These two leading themes are arranged to create a single overall structure through the symbiotic positioning of the different roof landscape. The integrated roof landscape means that at first glance it is not clear to the individual that these are actually two separate buildings, yet the roof that slopes towards the west connects the residence with the garage and therefore enables the existence of an intimate outside area in this interim zone.
The ground floor is accessible directly above this zone. Although the north façade has a pitched roof, the actual separation of each design theme is highlighted by a house with a pent roof in front of the southern façade. This means that the building also looks like two different buildings from the two opposite sides. This is not visible in terms of the overall context, however, and basically refutes the configuration of the layout.
This does not in any way reveal that the roof landscape may be configured differently. The living areas are incorporated in the ground floor in a clear expression of form and have a special connection with the outdoors due to the interior courtyard. The private areas are located on the first floor and are arranged towards the south. The cladding of the passive house is a wooden construction, including cladding with a spruce formwork (with rear ventilation). The remaining heat and the hot water are produced using a heat pump with deep drilling.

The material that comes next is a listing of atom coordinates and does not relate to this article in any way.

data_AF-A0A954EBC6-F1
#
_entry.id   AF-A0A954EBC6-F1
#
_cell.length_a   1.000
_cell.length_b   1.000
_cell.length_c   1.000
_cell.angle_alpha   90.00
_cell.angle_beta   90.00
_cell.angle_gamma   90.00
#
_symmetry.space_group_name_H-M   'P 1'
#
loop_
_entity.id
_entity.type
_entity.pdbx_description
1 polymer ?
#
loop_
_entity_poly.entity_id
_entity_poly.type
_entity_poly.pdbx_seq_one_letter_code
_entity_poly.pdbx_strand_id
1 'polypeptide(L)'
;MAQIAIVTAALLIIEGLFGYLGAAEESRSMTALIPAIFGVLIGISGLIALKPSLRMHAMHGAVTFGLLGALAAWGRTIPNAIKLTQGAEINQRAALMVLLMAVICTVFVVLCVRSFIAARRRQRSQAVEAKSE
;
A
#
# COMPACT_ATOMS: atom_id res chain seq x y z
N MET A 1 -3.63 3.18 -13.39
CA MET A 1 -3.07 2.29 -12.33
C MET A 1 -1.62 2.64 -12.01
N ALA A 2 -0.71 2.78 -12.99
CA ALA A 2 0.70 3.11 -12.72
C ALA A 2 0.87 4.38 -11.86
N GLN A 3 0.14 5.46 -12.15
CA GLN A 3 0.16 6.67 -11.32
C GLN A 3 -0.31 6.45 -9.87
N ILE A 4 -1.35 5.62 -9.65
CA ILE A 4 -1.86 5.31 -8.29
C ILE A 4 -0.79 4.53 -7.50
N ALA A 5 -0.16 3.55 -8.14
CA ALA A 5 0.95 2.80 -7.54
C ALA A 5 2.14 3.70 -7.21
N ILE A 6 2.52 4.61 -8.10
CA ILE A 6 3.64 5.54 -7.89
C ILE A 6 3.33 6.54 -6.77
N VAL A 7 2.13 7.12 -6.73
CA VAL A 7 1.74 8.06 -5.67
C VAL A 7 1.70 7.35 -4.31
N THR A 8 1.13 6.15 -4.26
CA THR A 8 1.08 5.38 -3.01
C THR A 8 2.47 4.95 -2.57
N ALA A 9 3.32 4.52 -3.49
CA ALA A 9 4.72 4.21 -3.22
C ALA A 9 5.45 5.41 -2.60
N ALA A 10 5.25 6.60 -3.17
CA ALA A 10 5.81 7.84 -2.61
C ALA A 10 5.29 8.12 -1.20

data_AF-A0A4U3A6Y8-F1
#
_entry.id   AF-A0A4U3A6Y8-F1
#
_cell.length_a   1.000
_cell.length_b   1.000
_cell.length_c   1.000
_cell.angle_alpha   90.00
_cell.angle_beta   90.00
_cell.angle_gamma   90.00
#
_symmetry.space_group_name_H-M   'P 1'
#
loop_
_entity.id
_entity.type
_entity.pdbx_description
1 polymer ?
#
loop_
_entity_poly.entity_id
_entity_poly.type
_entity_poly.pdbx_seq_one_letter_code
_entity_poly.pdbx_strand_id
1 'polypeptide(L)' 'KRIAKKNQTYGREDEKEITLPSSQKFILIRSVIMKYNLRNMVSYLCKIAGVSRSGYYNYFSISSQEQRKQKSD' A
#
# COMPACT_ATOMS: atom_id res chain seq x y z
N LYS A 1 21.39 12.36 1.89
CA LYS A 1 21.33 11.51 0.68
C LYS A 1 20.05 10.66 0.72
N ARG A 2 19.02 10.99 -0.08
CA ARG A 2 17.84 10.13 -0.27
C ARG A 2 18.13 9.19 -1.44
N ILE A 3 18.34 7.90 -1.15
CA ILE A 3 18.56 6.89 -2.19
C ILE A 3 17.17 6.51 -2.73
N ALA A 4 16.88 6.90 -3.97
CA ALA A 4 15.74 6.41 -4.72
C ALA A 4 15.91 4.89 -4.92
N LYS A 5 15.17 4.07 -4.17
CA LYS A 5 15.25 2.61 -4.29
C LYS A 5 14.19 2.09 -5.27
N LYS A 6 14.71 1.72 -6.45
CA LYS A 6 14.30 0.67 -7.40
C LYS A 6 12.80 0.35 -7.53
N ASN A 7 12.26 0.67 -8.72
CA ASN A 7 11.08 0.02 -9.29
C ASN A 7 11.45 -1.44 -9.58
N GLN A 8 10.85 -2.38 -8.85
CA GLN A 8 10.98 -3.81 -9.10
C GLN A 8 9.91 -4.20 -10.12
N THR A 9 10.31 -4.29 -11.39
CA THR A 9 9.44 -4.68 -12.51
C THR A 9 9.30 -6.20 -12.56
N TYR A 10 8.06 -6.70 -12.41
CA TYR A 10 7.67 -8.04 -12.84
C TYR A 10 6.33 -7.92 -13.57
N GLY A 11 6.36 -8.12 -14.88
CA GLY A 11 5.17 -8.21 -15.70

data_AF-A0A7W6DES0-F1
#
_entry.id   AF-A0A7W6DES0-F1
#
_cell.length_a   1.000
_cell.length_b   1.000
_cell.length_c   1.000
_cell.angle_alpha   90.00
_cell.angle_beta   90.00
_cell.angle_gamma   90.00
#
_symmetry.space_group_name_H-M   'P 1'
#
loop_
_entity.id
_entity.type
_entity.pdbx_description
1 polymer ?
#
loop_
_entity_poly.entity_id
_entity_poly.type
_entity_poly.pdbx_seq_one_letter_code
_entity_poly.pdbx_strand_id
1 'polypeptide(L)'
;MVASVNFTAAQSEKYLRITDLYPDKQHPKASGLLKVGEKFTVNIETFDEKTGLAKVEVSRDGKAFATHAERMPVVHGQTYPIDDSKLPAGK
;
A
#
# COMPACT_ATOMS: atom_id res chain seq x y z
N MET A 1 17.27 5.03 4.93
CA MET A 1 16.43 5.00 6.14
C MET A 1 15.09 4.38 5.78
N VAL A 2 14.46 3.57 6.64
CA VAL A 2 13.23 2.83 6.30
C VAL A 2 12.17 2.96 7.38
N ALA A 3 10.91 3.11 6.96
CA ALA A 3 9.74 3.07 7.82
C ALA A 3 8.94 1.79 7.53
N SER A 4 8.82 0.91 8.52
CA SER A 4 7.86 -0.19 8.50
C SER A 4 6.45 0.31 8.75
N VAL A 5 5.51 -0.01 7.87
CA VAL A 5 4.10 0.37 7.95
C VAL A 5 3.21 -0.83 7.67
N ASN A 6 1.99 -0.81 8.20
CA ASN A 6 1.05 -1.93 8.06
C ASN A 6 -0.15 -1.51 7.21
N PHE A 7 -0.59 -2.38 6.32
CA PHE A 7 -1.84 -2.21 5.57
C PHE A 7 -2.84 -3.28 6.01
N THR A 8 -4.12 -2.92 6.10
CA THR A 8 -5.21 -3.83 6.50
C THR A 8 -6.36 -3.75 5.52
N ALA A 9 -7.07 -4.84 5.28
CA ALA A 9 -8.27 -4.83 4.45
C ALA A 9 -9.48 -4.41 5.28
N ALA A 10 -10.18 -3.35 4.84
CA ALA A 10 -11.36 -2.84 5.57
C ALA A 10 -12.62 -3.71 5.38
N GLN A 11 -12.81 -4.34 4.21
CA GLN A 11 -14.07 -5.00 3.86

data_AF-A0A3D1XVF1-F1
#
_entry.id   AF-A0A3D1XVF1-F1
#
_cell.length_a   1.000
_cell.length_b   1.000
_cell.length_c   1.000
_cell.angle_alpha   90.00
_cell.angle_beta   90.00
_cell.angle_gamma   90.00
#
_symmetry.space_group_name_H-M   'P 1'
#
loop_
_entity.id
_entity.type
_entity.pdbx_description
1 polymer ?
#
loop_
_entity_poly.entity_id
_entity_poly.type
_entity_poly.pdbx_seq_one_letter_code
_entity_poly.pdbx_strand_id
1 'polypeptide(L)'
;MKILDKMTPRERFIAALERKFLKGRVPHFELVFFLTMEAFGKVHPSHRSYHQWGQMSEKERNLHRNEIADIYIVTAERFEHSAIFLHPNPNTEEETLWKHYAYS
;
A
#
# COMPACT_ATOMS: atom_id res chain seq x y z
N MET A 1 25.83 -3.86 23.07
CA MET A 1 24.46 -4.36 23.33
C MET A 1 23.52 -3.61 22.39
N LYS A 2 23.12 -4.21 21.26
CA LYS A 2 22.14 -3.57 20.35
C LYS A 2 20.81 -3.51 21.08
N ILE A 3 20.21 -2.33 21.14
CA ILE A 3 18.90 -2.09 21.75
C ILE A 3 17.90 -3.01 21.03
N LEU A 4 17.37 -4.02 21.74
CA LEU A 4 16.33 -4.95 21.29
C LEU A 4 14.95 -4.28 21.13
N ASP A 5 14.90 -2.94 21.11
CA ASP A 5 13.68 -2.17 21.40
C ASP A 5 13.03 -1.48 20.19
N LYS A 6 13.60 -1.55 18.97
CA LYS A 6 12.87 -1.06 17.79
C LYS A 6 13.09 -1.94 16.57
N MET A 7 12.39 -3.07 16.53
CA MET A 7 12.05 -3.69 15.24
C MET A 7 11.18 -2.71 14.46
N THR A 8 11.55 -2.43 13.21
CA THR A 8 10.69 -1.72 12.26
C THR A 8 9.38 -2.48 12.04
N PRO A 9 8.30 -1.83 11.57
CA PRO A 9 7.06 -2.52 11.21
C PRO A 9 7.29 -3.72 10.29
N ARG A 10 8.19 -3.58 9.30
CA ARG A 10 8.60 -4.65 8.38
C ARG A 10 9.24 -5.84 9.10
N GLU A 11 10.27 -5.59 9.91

The house requires 14 kWh/m²a and is equipped with controlled living space ventilation. This means the ensemble of buildings constructed on the plot merges into a building which responds optimally to the requirements and needs of the owner-builders.
Text provided by [tp3] architekten